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AT&T Is Working on Its Own 3D Browser (Pogo). What Are They Thinking?

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pogo-logo.pngIt takes either a very brave or very foolish company to enter the browser wars. But that is exactly what AT&T is doing—in a small way. I was just shown a demo for Pogo, a 3D browser based on Mozilla that is in private beta (we should be getting invites in a couple weeks). It is a project that comes out AT&T’s business development group and Vizible, a Toronto-based company whose 3-D rendering engine gives Pogo a very different look than other browsers. (AT&T is an investor in Vizible). “The concept is not to rebuild the browser,” says Vizible founder and CTO Anthony Gallo, “it is to extend it.” For the foreseeable future, Pogo will only be available for Windows machines.

Pogo works like a regular browser, but it manages pages more visually (see screenshots below). Instead of tabs, it has a scrollable strip on the bottom that shows a thumbnail image of each site you’ve visited during your session. A “Springboard” button on the top left takes you to a grid view of your favorite sites—akin to what you might put on your bookmark toolbar. You can also view the rectangular cells in various Coverflow-like animations. You can do the same with regular bookmarks, which are treated as “collections.” You can drag Website images into each collection or associate a collection with a tag. Then any page you tag going forward gets automatically placed within that collection. Your browsing history is also represented visually, as is your search history. For any particular search, every page you click through to gets saved as part of yet another collection—although you can only see one search set at a time.

A big turnoff, though, is that there are also banner ads in the Springboard and other visual modes. And the search bar is limited to Google and some AT&T-owned product-, image-, and Yellow-Pages-search engines. You can’t swap in another search engine, at least through the beta. Oh, and it only works on Windows.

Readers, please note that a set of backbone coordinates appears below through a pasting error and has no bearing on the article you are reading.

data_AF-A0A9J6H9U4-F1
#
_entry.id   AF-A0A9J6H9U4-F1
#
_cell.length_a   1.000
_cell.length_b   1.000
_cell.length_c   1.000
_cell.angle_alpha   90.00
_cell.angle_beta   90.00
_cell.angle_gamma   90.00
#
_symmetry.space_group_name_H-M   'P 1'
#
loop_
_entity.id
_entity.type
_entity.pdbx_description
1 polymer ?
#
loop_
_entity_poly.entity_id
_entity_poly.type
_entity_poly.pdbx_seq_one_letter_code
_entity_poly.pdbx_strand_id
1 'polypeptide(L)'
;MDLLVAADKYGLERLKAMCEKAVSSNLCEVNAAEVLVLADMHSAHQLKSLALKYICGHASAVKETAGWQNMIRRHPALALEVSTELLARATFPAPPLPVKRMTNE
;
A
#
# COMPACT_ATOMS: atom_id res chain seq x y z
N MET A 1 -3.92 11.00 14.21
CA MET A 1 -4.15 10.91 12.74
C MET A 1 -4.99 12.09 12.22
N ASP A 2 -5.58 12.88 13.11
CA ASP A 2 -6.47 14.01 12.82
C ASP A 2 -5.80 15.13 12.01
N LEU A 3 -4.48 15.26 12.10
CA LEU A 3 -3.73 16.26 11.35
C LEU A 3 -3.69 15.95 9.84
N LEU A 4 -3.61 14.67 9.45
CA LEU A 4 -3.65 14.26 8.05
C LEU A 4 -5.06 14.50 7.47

The visual tricks are neat, but at this early stage I am not sure how many people would ditch their existing browsers for better visualizations. Does it let you browse faster or more efficiently than you could before? I am not sure it does. In any case, AT&T would have been better off releasing this as a plug-in for Firefox. But presenting the Web in a richer, more visual way is definitely part of a bigger user-interface trend we’ve been seeing, especially in search (SearchMe, Snap, and ManagedQ come to mind).

Where Pogo is going is more interesting than where it is at this early stage. Imagine being able to manage all your media—video, audio, photos—through the same visual interface. If Pogo allowed me to “collect” Web videos, photos, and music, and manage them in a unified way like I can with media on my desktop, that would be a big step in the right direction. Check out the video below of Pogo in action, which was taken by my colleague John Biggs of CrunchGear. Towards the end you will see some shots of the underlying Vizible technology, which I personally find more exciting.

http://blip.tv/scripts/flash/showplayer.swf?enablejs=true&feedurl=http%3A%2F%2Fcrunchgear%2Eblip%2Etv%2Frss%2F&file=http%3A%2F%2Fblip%2Etv%2Frss%2Fflash%2F782432&brandlink=http%3A%2F%2Fcrunchgear%2Eblip%2Etv%2F&brandname=CrunchGear

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